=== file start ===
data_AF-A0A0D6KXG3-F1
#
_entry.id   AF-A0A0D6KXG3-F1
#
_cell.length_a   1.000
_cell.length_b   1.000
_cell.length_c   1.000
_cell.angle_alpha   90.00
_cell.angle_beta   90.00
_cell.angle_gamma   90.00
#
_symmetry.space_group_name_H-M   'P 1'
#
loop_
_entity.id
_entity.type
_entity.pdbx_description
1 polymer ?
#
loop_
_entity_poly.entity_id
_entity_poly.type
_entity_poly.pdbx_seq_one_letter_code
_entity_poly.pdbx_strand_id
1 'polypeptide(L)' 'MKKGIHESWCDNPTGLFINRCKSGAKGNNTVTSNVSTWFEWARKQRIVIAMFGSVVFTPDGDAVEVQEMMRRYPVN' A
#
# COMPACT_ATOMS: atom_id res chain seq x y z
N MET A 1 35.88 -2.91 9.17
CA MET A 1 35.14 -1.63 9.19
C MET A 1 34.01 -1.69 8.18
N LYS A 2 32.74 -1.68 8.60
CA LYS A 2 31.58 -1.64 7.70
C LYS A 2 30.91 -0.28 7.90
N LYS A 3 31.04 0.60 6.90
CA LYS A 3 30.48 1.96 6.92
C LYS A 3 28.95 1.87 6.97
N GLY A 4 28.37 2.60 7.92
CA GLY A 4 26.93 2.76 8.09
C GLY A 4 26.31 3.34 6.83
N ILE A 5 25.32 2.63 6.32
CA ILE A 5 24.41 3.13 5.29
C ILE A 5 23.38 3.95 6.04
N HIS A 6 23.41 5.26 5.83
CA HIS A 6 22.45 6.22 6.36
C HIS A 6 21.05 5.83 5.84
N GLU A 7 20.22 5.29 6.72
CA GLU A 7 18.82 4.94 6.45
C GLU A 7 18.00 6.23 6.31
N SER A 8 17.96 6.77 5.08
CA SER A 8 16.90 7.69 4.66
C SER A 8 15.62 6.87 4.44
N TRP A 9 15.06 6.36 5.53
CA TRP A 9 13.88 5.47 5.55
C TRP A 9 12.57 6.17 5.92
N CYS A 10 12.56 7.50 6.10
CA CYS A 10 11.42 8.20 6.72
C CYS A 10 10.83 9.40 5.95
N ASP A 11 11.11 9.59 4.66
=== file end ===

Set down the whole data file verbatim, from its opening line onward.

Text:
data_AF-A0A0D6KXG3-F1
#
_entry.id   AF-A0A0D6KXG3-F1
#
_cell.length_a   1.000
_cell.length_b   1.000
_cell.length_c   1.000
_cell.angle_alpha   90.00
_cell.angle_beta   90.00
_cell.angle_gamma   90.00
#
_symmetry.space_group_name_H-M   'P 1'
#
loop_
_entity.id
_entity.type
_entity.pdbx_description
1 polymer ?
#
loop_
_entity_poly.entity_id
_entity_poly.type
_entity_poly.pdbx_seq_one_letter_code
_entity_poly.pdbx_strand_id
1 'polypeptide(L)' 'MKKGIHESWCDNPTGLFINRCKSGAKGNNTVTSNVSTWFEWARKQRIVIAMFGSVVFTPDGDAVEVQEMMRRYPVN' A
#
# COMPACT_ATOMS: atom_id res chain seq x y z
N MET A 1 35.88 -2.91 9.17
CA MET A 1 35.14 -1.63 9.19
C MET A 1 34.01 -1.69 8.18
N LYS A 2 32.74 -1.68 8.60
CA LYS A 2 31.58 -1.64 7.70
C LYS A 2 30.91 -0.28 7.90
N LYS A 3 31.04 0.60 6.90
CA LYS A 3 30.48 1.96 6.92
C LYS A 3 28.95 1.87 6.97
N GLY A 4 28.37 2.60 7.92
CA GLY A 4 26.93 2.76 8.09
C GLY A 4 26.31 3.34 6.83
N ILE A 5 25.32 2.63 6.32
CA ILE A 5 24.41 3.13 5.29
C ILE A 5 23.38 3.95 6.04
N HIS A 6 23.41 5.26 5.83
CA HIS A 6 22.45 6.22 6.36
C HIS A 6 21.05 5.83 5.84
N GLU A 7 20.22 5.29 6.72
CA GLU A 7 18.82 4.94 6.45
C GLU A 7 18.00 6.23 6.31
N SER A 8 17.96 6.77 5.08
CA SER A 8 16.90 7.69 4.66
C SER A 8 15.62 6.87 4.44
N TRP A 9 15.06 6.36 5.53
CA TRP A 9 13.88 5.47 5.55
C TRP A 9 12.57 6.17 5.92
N CYS A 10 12.56 7.50 6.10
CA CYS A 10 11.42 8.20 6.72
C CYS A 10 10.83 9.40 5.95
N ASP A 11 11.11 9.59 4.66